I finally got it, why i had selected this book. In the back of my head I remembered having seen it on a lesbian fiction list, on top of being an award winner. Women loving women is part of the plot. Actually the whole story is wrapped around this plot. Bewitching storytelling style, magical mastery of language. I had no idea Ann-Marie Macdonald, broadcast journalist – and an excellent one at that – is also a novelist, and queer! She’s upped the standards for me on what to accept in fiction writing.

(After writing this I discovered it was an Oprah Book Club selection in 2012 and is listed as one of Boxall’s 2006 “1001 books you must read before you die”)

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Posted by on June 13, 2016 in Uncategorized


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Long-distance loving



I am grateful to have been loved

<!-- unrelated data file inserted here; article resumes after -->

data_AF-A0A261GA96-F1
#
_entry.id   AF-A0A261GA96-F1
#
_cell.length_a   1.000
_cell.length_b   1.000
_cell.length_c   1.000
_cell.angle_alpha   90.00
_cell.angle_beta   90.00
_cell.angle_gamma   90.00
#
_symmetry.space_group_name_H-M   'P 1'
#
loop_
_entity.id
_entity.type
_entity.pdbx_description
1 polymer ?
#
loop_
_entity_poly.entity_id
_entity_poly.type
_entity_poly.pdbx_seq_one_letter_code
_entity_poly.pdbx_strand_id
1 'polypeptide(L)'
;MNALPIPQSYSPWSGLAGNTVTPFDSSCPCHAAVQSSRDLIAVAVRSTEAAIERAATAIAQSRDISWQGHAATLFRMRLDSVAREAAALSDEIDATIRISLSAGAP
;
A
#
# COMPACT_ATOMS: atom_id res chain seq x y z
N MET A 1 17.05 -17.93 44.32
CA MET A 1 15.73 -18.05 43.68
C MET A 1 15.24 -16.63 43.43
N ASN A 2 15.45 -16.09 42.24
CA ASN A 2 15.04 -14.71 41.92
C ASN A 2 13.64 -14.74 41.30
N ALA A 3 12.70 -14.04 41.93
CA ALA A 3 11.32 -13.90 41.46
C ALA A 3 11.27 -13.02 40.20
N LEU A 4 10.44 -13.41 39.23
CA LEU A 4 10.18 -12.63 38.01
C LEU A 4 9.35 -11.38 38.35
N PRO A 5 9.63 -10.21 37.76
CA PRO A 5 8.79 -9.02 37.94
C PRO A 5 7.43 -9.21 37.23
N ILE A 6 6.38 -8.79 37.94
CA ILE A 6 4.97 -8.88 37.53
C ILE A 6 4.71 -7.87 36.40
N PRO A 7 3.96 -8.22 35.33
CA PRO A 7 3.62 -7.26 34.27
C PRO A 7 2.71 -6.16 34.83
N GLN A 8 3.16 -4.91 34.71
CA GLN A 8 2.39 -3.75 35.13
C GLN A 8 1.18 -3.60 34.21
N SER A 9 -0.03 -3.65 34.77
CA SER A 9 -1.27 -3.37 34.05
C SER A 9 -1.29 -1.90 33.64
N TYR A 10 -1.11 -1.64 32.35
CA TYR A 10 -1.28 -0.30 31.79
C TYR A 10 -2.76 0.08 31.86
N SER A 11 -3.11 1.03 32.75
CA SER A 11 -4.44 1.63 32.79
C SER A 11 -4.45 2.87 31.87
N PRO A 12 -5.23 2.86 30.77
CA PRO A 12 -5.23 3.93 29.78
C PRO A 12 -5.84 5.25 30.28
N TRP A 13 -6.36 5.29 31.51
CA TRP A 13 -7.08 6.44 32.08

and to be loved now
and to be able to love,
because that liberates.
Love liberates.
It doesn’t just hold—that’s ego.
Love liberates.
-Maya Angelou


Writing that last post unexpectedly drew me into a space between melancholy and nostalgia, contentment and exasperation, as moments with my wife replayed in my head. Like our first dance together when her moves told me sexiness was her middle name. Or when she asked me to take a week off work, pack a bag and come with her; next I knew we were in Cuba – land of my Utopian feminist-Marxist self.

IMG_0788You put a spring in my step and make me feel ten feet tall, she told me. That was eight years ago. You brought sunshine into my life and make me feel deeply content, I replied. Our journey has been an adventure in living and loving. From exploring the mesmerizing Buddhist caves in Ajanta, and sunset dhow sailing in Lamu‘s magical mangrove channels, to cruising in the Baltic Sea.